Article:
Jean wore an olive green uniform indicating his status as a colonel of the Luxembourg Army. Like many royal grooms, Jean wore several of his many orders, including the Order of the Gold Lion of House of Nassau, the Order of Leopold, and several of his military medals from service during World War II.
Joséphine-Charlotte wore a dress of white organza (silk), with a high neckline, a ruffled collar, and billowed sleeves with similarly ruffled cuffs. The two layers of the dress were separated by white tulle. The dress featured a long train of (of course!) Bruges lace. The sleeves and body of the dress featured numerous covered buttons.
Joséphine-Charlotte’s fourteen-foot long train was made of handmade needlepoint and pillow lace, with flowers on an organza backing. Her tulle veil featured handmade Belgian lace attached to a diamond encrusted platinum diadem. She also wore matching handmade lace gloves gathered at the wrists and carried a bouquet of stephanotis trimmed with tulle.
Joséphine-Charlotte wore two different tiaras during the festivities – the Congo Diamond Necklace Tiara was worn during the ceremony, while the Belgian Scroll Tiara was worn during most of the official wedding pictures.
News of tension among the Belgian royals later emerged, evidently centering around Princess Liliane’s right of precedence. While it was customary for newly married royal couples to be followed down the aisle by their respective parents, the Dowager Queen Elizabeth took the place beside Prince Felix of her deceased daughter-in-law Astrid; Liliane was placed eighth.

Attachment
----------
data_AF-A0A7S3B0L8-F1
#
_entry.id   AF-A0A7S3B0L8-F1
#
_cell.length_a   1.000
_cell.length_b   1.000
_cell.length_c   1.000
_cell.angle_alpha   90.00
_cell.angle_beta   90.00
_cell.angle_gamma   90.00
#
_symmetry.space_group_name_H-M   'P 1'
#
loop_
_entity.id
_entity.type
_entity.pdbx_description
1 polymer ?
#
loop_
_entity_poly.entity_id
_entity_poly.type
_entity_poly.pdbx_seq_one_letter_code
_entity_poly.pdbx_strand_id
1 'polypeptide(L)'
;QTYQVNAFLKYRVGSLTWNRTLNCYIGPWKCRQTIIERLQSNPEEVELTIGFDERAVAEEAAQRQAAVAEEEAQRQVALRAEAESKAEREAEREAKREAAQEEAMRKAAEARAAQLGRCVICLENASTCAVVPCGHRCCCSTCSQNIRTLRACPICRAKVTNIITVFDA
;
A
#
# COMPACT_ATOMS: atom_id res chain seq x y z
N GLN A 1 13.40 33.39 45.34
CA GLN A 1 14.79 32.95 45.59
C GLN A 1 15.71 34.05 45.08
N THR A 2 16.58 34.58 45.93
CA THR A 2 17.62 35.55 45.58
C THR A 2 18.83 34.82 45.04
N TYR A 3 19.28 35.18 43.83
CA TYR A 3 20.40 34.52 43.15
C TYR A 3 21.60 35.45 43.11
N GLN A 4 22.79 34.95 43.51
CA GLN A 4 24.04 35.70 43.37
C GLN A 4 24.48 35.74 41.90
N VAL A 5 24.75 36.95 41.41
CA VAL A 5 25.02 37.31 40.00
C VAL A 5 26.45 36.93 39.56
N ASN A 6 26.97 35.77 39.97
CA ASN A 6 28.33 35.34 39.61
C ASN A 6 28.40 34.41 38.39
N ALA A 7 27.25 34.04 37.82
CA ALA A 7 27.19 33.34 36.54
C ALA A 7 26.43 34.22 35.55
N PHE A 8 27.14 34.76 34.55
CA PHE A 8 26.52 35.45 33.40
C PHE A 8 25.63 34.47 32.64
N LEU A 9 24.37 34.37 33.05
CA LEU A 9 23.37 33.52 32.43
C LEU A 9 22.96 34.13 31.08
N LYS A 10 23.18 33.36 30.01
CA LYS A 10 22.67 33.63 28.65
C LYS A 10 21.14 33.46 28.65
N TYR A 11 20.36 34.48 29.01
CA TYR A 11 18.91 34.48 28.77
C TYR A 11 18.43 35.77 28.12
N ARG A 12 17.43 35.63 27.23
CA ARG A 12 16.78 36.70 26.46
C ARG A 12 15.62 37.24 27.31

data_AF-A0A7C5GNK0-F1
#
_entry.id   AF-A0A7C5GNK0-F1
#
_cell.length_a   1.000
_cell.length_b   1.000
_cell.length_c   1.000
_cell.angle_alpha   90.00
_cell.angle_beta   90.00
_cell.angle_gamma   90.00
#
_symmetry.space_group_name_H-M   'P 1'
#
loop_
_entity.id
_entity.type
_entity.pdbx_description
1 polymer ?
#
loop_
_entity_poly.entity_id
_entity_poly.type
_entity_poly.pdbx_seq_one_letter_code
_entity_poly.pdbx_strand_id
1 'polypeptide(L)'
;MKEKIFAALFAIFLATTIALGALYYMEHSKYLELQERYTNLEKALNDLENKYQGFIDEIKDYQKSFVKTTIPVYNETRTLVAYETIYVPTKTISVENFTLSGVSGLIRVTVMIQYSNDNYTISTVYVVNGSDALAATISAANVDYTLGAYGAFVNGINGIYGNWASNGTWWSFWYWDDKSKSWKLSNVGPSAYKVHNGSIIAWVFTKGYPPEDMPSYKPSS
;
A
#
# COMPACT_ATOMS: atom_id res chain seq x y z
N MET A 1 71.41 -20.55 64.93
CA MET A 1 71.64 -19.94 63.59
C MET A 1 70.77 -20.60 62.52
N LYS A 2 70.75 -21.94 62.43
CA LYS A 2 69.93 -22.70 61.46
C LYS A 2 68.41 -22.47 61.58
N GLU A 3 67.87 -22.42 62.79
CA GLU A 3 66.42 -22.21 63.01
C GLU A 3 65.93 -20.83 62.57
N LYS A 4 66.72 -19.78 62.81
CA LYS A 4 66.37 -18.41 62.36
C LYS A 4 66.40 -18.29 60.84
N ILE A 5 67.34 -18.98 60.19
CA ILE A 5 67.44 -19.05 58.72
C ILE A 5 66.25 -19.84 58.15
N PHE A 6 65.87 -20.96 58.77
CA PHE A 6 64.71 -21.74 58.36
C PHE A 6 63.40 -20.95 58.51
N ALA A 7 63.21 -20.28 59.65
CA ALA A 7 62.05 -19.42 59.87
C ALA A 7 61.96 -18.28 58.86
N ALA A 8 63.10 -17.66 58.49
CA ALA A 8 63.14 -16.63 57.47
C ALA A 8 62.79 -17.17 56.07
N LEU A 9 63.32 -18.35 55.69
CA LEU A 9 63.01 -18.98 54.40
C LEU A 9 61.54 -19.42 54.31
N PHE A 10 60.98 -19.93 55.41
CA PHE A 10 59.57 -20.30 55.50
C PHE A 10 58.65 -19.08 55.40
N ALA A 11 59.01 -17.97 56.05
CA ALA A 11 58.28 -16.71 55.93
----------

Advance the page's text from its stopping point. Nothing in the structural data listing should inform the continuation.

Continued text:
The precedence issue was noted to be a problem as early as February 1953. Liliane, in her first official appearance since her own marriage to Leopold, was reportedly insistent upon taking the place of the bride’s mother, but in the end lost out to Elizabeth. The discomfort among the Belgian royals was evident on their faces in wedding photographs.
Elizabeth was angered enough by the incident to opt out of traveling with the family from Belgium to Luxembourg by train, deciding instead to make the trip by car. Josephine-Charlotte’s apparent shakiness, distraught behavior, and eventual collapse during the ceremony was said to be the result of the fight over precedence. An “unofficial” source said that the ceremony was almost delayed by Joséphine-Charlotte’s apparent distress over the fight.
The bride was said to have appeared pale and nervous during the processional. She initially stood on the wrong side at the altar (to Jean’s right), causing both sets of families to switch sides of the church. Concerned over his bride’s behavior, Jean was reported to have repeatedly asked her if she was all right during the religious ceremony. Joséphine-Charlotte confused the order of responses to her vows, began crying, and eventually collapsed at either the end of or shortly after the ceremony. During the recessional, the still-upset bride stepped on her train three times in an effort to avoid some overeager wedding guests crowding the couple.
For her part, Liliane was observed as having “rose to her feet rather early” after Jean and Joséphine-Charlotte passed her during recessional and may have attempted to take Elizabeth’s designated place on Felix’s arm.
Back to the Palace
Jean and Joséphine-Charlotte exited the cathedral to the street via a tunnel of swords raised by Luxembourg military officers.
The new couple rode back to the palace in heavier rain via an open Chrysler convertible. Joséphine-Charlotte was said to appear somewhat revived and was smiling during the ride. Grand Duchess Charlotte and ex-King Leopold followed behind Jean and Joséphine-Charlotte in an open Cadillac convertible. Baudouin escorted his grandmother Ingeborg of Sweden in a third car. Other European royalty followed in a series of additional cars behind the family.